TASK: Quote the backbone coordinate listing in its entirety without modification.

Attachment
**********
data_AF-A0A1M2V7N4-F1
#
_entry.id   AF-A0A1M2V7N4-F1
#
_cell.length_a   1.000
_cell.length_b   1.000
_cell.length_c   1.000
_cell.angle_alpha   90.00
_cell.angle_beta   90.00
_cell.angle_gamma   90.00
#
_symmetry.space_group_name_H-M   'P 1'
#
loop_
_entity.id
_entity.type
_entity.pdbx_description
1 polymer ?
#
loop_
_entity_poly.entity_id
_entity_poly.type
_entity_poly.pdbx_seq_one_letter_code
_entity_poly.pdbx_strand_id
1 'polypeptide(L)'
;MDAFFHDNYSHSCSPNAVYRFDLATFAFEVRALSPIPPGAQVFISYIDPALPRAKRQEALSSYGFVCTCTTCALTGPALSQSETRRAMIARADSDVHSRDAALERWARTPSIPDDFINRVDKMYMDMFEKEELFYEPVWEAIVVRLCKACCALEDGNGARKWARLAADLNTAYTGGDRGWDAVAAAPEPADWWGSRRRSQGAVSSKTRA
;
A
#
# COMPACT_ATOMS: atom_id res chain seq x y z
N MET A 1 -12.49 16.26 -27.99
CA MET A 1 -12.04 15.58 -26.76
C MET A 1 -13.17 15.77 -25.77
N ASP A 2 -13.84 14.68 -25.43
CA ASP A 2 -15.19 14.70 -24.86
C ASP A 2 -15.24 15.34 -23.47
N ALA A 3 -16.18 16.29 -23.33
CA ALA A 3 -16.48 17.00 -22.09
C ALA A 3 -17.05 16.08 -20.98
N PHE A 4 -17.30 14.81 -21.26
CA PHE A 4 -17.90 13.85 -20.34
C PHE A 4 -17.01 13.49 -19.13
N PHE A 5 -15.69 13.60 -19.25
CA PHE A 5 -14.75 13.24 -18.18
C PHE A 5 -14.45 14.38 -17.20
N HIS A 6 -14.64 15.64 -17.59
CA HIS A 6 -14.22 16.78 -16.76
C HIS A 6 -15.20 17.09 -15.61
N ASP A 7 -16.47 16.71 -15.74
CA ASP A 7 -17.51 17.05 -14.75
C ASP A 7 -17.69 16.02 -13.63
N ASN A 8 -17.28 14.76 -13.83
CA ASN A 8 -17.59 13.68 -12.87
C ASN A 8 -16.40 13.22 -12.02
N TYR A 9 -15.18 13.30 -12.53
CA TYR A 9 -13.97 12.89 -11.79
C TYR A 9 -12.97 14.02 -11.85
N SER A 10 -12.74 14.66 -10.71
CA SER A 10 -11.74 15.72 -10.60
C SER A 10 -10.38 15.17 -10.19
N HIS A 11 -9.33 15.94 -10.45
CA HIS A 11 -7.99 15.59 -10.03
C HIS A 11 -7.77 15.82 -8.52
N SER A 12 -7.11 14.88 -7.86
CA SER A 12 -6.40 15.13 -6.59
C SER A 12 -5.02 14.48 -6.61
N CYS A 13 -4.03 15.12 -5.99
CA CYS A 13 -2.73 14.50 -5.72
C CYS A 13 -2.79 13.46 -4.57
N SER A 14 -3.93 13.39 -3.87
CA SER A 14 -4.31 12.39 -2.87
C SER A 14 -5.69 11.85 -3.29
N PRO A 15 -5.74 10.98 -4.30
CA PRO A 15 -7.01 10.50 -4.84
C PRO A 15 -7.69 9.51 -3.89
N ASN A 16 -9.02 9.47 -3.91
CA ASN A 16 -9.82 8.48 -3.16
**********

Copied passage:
data_AF-A0A1M2V7N4-F1
#
_entry.id   AF-A0A1M2V7N4-F1
#
_cell.length_a   1.000
_cell.length_b   1.000
_cell.length_c   1.000
_cell.angle_alpha   90.00
_cell.angle_beta   90.00
_cell.angle_gamma   90.00
#
_symmetry.space_group_name_H-M   'P 1'
#
loop_
_entity.id
_entity.type
_entity.pdbx_description
1 polymer ?
#
loop_
_entity_poly.entity_id
_entity_poly.type
_entity_poly.pdbx_seq_one_letter_code
_entity_poly.pdbx_strand_id
1 'polypeptide(L)'
;MDAFFHDNYSHSCSPNAVYRFDLATFAFEVRALSPIPPGAQVFISYIDPALPRAKRQEALSSYGFVCTCTTCALTGPALSQSETRRAMIARADSDVHSRDAALERWARTPSIPDDFINRVDKMYMDMFEKEELFYEPVWEAIVVRLCKACCALEDGNGARKWARLAADLNTAYTGGDRGWDAVAAAPEPADWWGSRRRSQGAVSSKTRA
;
A
#
# COMPACT_ATOMS: atom_id res chain seq x y z
N MET A 1 -12.49 16.26 -27.99
CA MET A 1 -12.04 15.58 -26.76
C MET A 1 -13.17 15.77 -25.77
N ASP A 2 -13.84 14.68 -25.43
CA ASP A 2 -15.19 14.70 -24.86
C ASP A 2 -15.24 15.34 -23.47
N ALA A 3 -16.18 16.29 -23.33
CA ALA A 3 -16.48 17.00 -22.09
C ALA A 3 -17.05 16.08 -20.98
N PHE A 4 -17.30 14.81 -21.26
CA PHE A 4 -17.90 13.85 -20.34
C PHE A 4 -17.01 13.49 -19.13
N PHE A 5 -15.69 13.60 -19.25
CA PHE A 5 -14.75 13.24 -18.18
C PHE A 5 -14.45 14.38 -17.20
N HIS A 6 -14.64 15.64 -17.59
CA HIS A 6 -14.22 16.78 -16.76
C HIS A 6 -15.20 17.09 -15.61
N ASP A 7 -16.47 16.71 -15.74
CA ASP A 7 -17.51 17.05 -14.75
C ASP A 7 -17.69 16.02 -13.63
N ASN A 8 -17.28 14.76 -13.83
CA ASN A 8 -17.59 13.68 -12.87
C ASN A 8 -16.40 13.22 -12.02
N TYR A 9 -15.18 13.30 -12.53
CA TYR A 9 -13.97 12.89 -11.79
C TYR A 9 -12.97 14.02 -11.85
N SER A 10 -12.74 14.66 -10.71
CA SER A 10 -11.74 15.72 -10.60
C SER A 10 -10.38 15.17 -10.19
N HIS A 11 -9.33 15.94 -10.45
CA HIS A 11 -7.99 15.59 -10.03
C HIS A 11 -7.77 15.82 -8.52
N SER A 12 -7.11 14.88 -7.86
CA SER A 12 -6.40 15.13 -6.59
C SER A 12 -5.02 14.48 -6.61
N CYS A 13 -4.03 15.12 -5.99
CA CYS A 13 -2.73 14.50 -5.72
C CYS A 13 -2.79 13.46 -4.57
N SER A 14 -3.93 13.39 -3.87
CA SER A 14 -4.31 12.39 -2.87
C SER A 14 -5.69 11.85 -3.29
N PRO A 15 -5.74 10.98 -4.30
CA PRO A 15 -7.01 10.50 -4.84
C PRO A 15 -7.69 9.51 -3.89
N ASN A 16 -9.02 9.47 -3.91
CA ASN A 16 -9.82 8.48 -3.16